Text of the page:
DC’s Most Diverse Neighborhood, But For How Long?
An Island of Serenity East of the Park
Dupont Circle
The Best of DC (For a Price)
Foggy Bottom & West End
Where the Institutional Meets the International
Forest Hills
Ambassadors and Adventurous Architecture
Foxhall Village
350 Homes Just West of Georgetown
Friendship Heights
A Shopping Mecca With a Few Places to Live
History, Hoyas and H&M
Glover Park
One of DC’s Preppier and More Family-Friendly Neighborhoods
A Posh View From Embassy Row
LeDroit Park
A Quiet Enclave in the Middle of the City
Logan Circle
Trendy Now, But Not By Accident
Mount Pleasant
Sought-After Homes Surround Main Street in Transition
Mount Vernon Triangle
From Seedy to Sought-After
The Long, Skinny Neighborhood at the City’s Northwest Edge
Park View
It’s Not Petworth
Penn Quarter/Chinatown
DC’s Go-Go-Go Neighborhood
Getting a Vibrancy of Its Own
The Duke’s Former Stomping Ground
Shepherd Park
DC’s Garden of Diversity
Spring Valley
A Suburb With a DC Zip Code
Not To Be Confused With Takoma Park
Not Quite Like Its Neighbors
U Street Corridor
The Difference a Decade Makes
Woodley Park
Deceptively Residential
Adams Morgan
No Longer DC’s Hippest Neighborhood, But Still Loved by Residents

See more Northwest DC »

Southwest DC

The little quadrant that could

Southwest Waterfront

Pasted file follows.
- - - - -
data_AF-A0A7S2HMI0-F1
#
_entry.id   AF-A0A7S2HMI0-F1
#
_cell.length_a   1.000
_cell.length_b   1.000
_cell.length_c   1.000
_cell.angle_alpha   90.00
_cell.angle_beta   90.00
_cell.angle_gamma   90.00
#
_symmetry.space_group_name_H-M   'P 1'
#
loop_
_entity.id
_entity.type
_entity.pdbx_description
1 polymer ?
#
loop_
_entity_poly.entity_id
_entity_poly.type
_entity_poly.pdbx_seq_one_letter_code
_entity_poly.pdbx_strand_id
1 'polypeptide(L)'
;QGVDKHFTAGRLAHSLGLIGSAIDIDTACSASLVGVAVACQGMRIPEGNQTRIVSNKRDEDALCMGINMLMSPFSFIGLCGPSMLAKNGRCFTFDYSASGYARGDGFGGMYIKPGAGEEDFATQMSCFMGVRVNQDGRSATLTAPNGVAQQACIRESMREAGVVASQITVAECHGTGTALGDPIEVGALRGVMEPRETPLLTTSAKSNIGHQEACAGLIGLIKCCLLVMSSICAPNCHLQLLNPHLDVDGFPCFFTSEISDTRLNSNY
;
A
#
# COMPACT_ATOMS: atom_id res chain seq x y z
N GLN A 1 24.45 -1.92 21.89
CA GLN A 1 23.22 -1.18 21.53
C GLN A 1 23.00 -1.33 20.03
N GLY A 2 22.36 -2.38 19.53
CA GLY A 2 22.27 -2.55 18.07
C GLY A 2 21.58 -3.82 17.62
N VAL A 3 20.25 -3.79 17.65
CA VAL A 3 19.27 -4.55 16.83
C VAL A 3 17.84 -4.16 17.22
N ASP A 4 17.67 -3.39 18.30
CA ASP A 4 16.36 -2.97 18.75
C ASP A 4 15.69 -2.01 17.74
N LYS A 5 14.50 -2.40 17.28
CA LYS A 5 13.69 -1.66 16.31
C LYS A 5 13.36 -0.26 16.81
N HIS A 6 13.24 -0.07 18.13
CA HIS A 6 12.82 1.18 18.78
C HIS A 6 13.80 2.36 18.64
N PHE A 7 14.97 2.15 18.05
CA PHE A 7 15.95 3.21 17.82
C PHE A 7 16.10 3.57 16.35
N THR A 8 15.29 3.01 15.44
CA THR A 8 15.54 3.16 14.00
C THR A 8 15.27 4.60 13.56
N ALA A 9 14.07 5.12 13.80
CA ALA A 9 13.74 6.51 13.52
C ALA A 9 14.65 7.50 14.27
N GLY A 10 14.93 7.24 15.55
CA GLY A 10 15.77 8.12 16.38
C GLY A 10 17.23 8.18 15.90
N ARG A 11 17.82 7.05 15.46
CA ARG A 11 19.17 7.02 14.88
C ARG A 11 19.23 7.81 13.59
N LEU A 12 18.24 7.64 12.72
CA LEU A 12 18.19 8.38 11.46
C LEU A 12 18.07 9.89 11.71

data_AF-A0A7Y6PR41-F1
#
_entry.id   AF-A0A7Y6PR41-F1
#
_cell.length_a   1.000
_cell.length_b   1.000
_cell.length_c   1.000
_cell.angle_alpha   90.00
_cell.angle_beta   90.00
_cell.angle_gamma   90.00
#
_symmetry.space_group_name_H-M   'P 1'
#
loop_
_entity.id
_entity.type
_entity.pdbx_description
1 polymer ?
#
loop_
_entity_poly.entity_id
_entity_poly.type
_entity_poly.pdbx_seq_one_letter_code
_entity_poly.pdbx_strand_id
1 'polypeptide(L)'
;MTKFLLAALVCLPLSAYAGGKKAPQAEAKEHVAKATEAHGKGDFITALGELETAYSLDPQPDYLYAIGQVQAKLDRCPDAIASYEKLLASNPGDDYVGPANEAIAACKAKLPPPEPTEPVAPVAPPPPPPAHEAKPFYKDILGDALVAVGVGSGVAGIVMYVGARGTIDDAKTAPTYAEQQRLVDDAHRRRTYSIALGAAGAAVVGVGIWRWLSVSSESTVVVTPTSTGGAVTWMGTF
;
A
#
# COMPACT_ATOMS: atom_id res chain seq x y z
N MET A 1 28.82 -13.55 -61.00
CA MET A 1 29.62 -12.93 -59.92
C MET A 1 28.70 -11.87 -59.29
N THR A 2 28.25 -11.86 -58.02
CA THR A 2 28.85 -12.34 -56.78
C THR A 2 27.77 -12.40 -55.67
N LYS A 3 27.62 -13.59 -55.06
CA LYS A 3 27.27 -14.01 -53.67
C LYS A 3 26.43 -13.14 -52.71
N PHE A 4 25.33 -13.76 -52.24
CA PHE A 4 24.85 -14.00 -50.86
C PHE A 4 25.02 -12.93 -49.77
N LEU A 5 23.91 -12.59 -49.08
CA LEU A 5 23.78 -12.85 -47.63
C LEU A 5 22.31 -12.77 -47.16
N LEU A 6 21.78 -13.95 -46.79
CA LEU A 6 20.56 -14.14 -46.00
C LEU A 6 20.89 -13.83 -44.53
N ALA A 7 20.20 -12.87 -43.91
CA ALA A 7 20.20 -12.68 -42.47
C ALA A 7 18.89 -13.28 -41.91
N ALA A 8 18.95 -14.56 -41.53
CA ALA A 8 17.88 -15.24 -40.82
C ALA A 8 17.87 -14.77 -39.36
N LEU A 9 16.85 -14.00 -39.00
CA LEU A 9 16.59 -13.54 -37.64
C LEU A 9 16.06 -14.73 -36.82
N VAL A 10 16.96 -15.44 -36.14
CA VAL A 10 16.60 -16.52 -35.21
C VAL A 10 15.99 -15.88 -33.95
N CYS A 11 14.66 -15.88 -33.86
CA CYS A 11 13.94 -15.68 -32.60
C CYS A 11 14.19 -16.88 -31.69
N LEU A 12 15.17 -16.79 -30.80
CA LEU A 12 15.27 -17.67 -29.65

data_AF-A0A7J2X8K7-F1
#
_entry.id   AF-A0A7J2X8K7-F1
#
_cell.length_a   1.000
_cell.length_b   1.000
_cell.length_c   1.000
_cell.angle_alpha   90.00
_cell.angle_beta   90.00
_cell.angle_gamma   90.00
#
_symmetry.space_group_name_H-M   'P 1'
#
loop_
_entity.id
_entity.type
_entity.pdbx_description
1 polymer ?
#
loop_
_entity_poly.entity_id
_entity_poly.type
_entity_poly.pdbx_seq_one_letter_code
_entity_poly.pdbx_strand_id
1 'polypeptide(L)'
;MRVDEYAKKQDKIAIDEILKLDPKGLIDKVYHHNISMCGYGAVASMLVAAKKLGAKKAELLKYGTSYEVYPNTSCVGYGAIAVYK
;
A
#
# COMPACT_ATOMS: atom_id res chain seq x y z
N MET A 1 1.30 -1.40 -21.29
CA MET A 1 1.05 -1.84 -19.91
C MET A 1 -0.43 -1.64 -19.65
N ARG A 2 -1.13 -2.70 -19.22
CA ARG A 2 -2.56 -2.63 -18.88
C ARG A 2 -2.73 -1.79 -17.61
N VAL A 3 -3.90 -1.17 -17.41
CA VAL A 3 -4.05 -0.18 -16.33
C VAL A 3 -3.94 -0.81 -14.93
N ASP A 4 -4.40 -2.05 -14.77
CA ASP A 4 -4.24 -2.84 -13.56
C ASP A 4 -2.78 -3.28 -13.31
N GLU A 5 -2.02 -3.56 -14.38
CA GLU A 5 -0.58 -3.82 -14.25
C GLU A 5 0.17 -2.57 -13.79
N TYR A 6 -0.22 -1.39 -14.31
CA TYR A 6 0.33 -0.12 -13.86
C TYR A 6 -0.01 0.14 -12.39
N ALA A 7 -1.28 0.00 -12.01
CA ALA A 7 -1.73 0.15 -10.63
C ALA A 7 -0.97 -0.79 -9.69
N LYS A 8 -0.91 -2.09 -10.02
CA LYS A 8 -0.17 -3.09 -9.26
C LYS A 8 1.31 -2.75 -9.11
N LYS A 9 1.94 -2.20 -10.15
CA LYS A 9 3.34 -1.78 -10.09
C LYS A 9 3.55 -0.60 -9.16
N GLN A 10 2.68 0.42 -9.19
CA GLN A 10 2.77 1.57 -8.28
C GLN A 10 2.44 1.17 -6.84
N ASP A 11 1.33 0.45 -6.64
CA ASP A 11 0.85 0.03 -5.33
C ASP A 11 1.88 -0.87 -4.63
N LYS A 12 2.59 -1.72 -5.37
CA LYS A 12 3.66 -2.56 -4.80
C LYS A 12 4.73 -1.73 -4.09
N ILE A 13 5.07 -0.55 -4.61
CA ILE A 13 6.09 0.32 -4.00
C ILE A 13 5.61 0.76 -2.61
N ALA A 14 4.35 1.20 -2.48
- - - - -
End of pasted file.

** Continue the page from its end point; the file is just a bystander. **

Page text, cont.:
A Neighborhood Where A Change Is Gonna Come

See more Southwest DC »

Northeast DC

Profiles of 10 neighborhoods in NE

New Development Could Shake Up Pastoral Peace
A Little Bit of Country Just Inside the District’s Borders
Not to Be Confused With Bloomingdale
Fort Totten
Five Years Could Make a Big Difference
H Street
A Place To Party, and To Settle Down
The Northeast Neighborhood That Few Know About
Michigan Park
A Newsletter-On-Your-Doorstep Community
Evolving from a Brand to a Neighborhood
Ripe for Investment Right About Now
The Difference 5 Years Makes
Big Houses, A Dusty Commercial Strip and Potential

See more Northeast DC »

Southeast DC

6 neighborhoods from Capitol Hill to East of the River

Capitol Riverfront
Still Growing
Hill East
Capitol Hill’s Lesser Known Neighbor
Congress Heights
Gradually Rising
Notable for Its Neighborliness
Historic Anacostia
Future Promise Breeds Cautious Optimism
Eastern Market
A More European Way of Living

See more Southeast DC »